Inflammatory bowel disease (IBD) affects more than 70,000 children in the United States and the prevalence is rising. In fact, 25% of the 3.1 million individuals with IBD present before 21 years of age. There is no cure for IBD, and treatment often includes medication to block a molecule that causes inflammation in the intestines called tumor necrosis factor (TNF). Unfortunately, the TNF-blocking therapy doesn't work for many children and its therapeutic effects can be short-lived.
In a new study in Cell Reports, investigators at The Saban Research Institute at Children's Hospital Los Angeles have uncovered a role that TNF and its receptor play in intestinal health that will lead to a better understanding of TNF. This could positively impact future treatments for patients with IBD.
Children with IBD, a broad term which includes Crohn's disease and ulcerative colitis, can experience abdominal pain and weight loss, which can impact a child's growth. Patients with these conditions often have elevated levels of TNF in their bloodstream and intestines.
"Increased expression of TNF is one of the body's first responses to infection or injury," says D. Brent Polk, MD, a physician and investigator who studies intestinal development and associated disorders. "In many patients, antibodies that block TNF are effective, but most patients don't benefit from the therapy long term."
Sometimes, says Dr. Polk, patients initially show improvement, but then the treatment stops working. Oddly, some children even develop IBD when they receive anti-TNF therapy for an unrelated condition, such as juvenile arthritis.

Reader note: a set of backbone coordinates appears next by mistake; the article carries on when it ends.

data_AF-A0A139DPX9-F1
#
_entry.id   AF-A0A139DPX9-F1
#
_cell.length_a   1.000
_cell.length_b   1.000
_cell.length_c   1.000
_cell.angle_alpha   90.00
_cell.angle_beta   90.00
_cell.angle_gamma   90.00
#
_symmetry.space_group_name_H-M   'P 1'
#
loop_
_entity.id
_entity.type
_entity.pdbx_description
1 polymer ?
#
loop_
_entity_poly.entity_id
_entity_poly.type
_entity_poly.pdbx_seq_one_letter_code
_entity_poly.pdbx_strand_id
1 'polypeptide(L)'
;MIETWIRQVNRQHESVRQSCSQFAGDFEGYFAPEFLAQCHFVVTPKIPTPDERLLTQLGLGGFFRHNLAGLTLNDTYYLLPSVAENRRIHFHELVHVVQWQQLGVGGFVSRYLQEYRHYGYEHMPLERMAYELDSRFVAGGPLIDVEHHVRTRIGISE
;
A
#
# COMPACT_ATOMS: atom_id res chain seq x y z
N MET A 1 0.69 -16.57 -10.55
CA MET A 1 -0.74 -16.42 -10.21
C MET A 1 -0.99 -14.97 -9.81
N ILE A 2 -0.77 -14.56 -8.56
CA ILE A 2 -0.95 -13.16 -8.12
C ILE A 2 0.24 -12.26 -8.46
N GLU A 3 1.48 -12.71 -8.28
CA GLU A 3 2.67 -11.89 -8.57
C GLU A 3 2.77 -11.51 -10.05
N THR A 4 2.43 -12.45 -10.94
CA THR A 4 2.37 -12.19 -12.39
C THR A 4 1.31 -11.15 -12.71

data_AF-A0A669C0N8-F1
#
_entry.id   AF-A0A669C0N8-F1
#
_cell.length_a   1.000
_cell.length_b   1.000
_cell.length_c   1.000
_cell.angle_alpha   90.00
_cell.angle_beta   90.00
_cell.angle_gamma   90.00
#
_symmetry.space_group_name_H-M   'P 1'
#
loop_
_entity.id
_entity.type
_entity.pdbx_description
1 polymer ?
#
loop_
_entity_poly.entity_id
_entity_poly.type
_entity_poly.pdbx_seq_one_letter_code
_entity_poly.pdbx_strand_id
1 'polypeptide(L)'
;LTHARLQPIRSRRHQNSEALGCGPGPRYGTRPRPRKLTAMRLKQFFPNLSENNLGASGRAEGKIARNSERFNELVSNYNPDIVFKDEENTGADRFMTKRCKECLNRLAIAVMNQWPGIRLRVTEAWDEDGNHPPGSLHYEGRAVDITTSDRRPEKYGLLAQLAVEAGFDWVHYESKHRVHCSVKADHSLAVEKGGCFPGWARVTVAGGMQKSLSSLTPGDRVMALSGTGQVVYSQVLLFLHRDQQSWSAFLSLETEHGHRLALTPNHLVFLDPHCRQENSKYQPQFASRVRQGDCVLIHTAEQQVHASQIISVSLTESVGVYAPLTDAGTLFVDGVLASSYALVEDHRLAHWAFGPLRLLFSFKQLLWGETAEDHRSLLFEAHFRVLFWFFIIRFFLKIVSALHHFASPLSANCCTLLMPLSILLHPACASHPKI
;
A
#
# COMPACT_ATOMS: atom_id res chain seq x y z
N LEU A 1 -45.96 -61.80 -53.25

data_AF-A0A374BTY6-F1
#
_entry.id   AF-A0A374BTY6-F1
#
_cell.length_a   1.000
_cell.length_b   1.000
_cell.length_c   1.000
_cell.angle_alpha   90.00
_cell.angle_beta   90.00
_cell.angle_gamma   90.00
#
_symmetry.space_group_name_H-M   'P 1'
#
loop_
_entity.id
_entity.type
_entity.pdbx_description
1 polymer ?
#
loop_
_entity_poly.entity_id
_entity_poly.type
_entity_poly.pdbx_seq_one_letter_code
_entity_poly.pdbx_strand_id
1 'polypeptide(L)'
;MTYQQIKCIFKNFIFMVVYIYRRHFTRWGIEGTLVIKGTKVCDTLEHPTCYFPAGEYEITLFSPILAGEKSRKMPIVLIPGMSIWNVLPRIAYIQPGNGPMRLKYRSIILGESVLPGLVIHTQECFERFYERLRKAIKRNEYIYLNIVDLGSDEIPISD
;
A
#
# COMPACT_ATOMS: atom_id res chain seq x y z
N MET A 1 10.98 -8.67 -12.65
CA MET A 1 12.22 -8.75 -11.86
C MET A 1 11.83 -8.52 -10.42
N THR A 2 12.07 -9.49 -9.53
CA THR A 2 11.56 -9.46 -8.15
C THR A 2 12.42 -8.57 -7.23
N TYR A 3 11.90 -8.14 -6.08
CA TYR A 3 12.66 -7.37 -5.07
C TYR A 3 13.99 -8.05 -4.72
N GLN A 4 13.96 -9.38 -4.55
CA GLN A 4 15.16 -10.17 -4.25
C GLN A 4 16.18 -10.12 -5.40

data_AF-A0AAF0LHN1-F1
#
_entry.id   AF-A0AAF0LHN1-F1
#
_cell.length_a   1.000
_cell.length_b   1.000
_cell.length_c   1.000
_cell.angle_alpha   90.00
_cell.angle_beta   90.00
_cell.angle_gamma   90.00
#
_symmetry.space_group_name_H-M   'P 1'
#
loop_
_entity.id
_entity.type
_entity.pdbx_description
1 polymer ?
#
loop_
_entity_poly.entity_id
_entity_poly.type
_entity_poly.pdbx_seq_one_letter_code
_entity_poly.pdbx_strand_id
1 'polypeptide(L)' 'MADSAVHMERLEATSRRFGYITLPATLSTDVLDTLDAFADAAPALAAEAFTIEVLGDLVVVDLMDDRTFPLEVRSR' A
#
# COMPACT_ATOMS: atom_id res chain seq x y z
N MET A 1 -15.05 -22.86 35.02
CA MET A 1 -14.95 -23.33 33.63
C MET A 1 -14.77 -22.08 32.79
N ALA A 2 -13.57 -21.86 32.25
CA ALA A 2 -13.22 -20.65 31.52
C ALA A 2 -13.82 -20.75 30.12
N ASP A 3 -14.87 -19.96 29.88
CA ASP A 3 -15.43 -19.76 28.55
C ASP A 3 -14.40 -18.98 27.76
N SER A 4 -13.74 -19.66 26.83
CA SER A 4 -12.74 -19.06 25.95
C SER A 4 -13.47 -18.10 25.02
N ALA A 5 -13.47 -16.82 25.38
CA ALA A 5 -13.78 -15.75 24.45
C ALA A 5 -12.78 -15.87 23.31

Dr. Polk's investigations take a different approach to studying IBD. Instead of viewing TNF signaling as either pro- or anti-IBD, his work examines whether there is a range of TNF levels that maintain intestinal health.
"We know that TNF signaling leads to inflammation," he says, "but when we blocked the TNF receptor in a pre-clinical model of IBD, it led to early-onset colitis. So, it's not a simple matter of blocking TNF outright. The body is really fine tuned to maintain health."
His study shows that the timing of TNF signaling and which receptors are activated developmentally could be more important than merely the levels of the inflammatory molecule.
"It's not that TNF signaling is 'good' or 'bad,'" explains Dr. Polk. "It's more complicated than the field previously understood." He says that TNF does cause inflammation in the intestines, but it also appears to play a protective role, especially early in life.
The study is preclinical but has important implications for patients. Future therapies depend on a better understanding of how molecules like TNF function. Work like Dr. Polk's could lead to treatments that give relief to all children with IBD.
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